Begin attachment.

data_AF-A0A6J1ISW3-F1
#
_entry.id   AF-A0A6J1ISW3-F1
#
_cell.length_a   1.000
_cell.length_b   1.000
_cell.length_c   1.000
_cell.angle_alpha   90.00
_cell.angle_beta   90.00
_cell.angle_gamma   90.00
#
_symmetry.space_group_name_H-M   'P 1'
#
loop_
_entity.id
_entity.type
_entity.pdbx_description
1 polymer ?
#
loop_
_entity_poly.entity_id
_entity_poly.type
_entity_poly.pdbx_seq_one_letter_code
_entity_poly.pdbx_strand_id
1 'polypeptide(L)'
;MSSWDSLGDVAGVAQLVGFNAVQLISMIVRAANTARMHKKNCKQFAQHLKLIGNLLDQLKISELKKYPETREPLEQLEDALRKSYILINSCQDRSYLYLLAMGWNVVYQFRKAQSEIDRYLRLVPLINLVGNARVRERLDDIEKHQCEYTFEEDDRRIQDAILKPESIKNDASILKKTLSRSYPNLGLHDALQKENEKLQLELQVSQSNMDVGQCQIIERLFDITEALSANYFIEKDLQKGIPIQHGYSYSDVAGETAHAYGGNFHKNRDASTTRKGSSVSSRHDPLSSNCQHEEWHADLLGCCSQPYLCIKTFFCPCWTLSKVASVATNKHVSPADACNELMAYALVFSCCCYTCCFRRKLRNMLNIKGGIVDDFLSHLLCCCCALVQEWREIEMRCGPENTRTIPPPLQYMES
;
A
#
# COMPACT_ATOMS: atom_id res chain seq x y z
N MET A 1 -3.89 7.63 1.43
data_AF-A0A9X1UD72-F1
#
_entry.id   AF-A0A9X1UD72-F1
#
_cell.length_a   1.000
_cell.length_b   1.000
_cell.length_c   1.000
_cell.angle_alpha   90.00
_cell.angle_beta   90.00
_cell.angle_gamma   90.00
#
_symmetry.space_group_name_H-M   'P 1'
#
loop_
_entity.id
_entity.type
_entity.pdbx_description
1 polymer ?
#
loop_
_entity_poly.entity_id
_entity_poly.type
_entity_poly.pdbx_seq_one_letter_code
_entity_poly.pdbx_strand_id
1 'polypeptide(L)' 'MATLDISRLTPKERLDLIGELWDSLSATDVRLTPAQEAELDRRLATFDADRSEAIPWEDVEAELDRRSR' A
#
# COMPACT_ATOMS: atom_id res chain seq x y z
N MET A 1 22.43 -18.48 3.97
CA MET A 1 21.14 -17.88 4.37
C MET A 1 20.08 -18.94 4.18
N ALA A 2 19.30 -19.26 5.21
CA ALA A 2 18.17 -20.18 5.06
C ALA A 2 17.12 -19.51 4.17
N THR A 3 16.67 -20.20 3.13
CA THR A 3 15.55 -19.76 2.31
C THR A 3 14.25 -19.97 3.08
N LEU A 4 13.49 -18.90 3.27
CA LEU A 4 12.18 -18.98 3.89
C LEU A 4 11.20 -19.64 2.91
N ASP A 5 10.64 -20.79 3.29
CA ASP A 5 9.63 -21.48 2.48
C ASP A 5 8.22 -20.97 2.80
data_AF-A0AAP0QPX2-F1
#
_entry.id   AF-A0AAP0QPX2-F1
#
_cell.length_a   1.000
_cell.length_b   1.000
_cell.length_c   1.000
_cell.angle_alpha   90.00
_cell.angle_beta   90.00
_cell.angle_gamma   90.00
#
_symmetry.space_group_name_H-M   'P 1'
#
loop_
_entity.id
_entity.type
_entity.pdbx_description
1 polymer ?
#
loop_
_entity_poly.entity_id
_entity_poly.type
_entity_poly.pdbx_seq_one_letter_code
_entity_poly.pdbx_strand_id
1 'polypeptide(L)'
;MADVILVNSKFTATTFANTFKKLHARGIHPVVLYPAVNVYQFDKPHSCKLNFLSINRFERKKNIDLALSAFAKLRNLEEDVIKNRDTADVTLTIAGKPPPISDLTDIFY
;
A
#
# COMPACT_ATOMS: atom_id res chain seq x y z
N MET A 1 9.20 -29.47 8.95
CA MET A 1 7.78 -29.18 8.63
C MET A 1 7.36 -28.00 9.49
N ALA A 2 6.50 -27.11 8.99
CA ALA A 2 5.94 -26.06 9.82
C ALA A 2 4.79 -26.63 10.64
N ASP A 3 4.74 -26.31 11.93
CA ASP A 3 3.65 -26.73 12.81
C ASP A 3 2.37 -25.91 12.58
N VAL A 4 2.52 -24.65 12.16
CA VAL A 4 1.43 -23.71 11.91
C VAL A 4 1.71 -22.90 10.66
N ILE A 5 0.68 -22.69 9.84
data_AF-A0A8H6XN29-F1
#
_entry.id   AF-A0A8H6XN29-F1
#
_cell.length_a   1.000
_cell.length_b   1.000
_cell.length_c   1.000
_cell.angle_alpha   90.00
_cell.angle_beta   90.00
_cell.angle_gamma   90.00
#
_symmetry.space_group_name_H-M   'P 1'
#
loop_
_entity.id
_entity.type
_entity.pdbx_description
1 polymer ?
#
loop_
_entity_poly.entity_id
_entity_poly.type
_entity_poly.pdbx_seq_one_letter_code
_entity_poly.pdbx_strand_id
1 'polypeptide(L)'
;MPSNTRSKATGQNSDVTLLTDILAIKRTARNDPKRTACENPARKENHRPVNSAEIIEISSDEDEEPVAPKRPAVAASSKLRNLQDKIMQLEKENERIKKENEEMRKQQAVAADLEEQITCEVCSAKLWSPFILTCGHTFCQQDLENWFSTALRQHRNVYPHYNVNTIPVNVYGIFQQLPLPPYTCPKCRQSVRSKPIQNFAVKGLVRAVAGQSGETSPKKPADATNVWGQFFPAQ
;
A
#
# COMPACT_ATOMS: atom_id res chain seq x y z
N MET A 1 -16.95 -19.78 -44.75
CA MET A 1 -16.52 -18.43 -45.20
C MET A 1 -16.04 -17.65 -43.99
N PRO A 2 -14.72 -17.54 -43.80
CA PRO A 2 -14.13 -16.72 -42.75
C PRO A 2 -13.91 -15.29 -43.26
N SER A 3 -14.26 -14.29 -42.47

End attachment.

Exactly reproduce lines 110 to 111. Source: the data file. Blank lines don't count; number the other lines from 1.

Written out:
N ASP A 3 4.74 -26.31 11.93
CA ASP A 3 3.65 -26.73 12.81